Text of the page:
Wednesday, March 18, 2009


You know about St. Patrick's Day, but do you know about St. Joseph's Day?

This feast day is as important to Italians as St. Paddy's is to the Irish. In Italy, and in neighborhoods with a population of Italian Americans, people celebrate the patron saint of Sicily. There won't be any green beer, but there are special pastas, fish, sweets, baked breads, and fava beans. Some Italian Catholics will prepare a St. Joseph's table, or Tavole di San Giuseppe, and provide a feast spread that is open to all. Special groups such as orphans, the elderly and the homeless are invited to attend. This is a day to remember the poor, so there will be no meat, and instead of cheese breadcrumbs are sprinkled over pasta. These traditions go back to the middle ages, when much of Sicily was wiped out by a famine. It is said that the humble fava bean helped them survive, and to this day favas will be included in the feast of St. Joseph.


And of course zeppole. Don't forget the zeppole. A zeppola (plural zeppole, in southern dialects zeppoli) or St. Joseph's Day cake, also called sfinge and in Rome Bigne di San Giuseppe, is a delicious little fried pastry. They sell them on the streets of Rome, Naples, and Sicily. Sometimes they're filled with crema or custard. (Read about them here)

Italians in New Orleans celebrate St. Joseph's Day:

Like the Irish and St. Patrick's Day, this is a day for Italians to take pride in their culture and heritage. Even if you're not Italian, have something Italian today. Have a slice of pizza (invented in Naples) or some pasta (invented by the Romans) with a nice glass of chianti, or have a caffe latte (you guessed it) or maybe an ice cream (gelato was first created by the Sicilian-born Procopio dei Coltelli back to the 16th century). Won't you join me?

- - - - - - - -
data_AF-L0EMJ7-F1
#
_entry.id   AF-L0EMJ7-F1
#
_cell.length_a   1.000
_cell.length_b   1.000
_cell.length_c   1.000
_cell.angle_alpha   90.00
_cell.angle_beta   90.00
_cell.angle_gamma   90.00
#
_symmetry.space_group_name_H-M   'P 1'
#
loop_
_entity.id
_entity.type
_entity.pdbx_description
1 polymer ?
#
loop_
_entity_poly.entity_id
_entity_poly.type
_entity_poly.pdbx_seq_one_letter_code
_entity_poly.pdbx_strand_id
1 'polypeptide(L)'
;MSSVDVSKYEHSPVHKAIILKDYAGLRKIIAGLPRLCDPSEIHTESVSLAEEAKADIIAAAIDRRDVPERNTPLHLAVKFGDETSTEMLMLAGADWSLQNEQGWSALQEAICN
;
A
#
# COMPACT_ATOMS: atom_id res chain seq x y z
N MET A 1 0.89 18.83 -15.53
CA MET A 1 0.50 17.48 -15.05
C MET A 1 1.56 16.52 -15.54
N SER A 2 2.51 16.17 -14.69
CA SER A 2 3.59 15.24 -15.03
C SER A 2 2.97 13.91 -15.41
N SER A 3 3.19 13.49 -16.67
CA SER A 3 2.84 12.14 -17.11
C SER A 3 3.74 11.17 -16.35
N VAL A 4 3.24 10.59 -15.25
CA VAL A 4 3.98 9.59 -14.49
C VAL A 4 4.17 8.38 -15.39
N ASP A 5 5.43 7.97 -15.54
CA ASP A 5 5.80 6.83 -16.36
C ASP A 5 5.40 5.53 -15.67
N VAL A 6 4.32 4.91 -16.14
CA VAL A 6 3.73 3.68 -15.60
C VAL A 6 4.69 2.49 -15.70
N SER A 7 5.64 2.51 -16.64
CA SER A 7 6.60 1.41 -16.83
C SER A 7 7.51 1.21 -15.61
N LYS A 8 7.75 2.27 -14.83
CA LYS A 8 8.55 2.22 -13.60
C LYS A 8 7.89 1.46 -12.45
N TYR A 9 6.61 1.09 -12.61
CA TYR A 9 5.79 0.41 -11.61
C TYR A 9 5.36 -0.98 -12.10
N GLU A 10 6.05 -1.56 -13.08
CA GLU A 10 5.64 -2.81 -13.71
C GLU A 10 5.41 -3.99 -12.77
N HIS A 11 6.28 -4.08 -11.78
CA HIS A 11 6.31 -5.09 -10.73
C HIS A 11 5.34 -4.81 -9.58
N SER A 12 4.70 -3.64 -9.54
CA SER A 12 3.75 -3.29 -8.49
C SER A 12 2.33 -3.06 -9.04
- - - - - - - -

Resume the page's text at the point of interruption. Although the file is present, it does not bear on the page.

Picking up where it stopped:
The Holy Trinity: Italian bread, Italian wine, and some extra virgin olive oil.

Oh, and use a fork. Knives go back to prehistoric times, but Catherine di Medici brought the first fork to France in 1533 when she married the future King Henry II. The French were slow to warm to the idea. She also influenced their cooking to a great degree by bringing a sophisticated palate and cuisine from Italy.

An Englishman named Thomas Coryate brought the first forks back to England after seeing them in Italy during his travels in 1608. The English ridiculed the forks as effeminate and unnecessary, and explained that they had two good hands to eat with. Gradually, they came around.

Finally, on a lighter note, everyone's favorite Italian American, Paulie Walnuts, comments on the Italian contribution to world cuisine. Ethnic pride? Fuggedaboudit.

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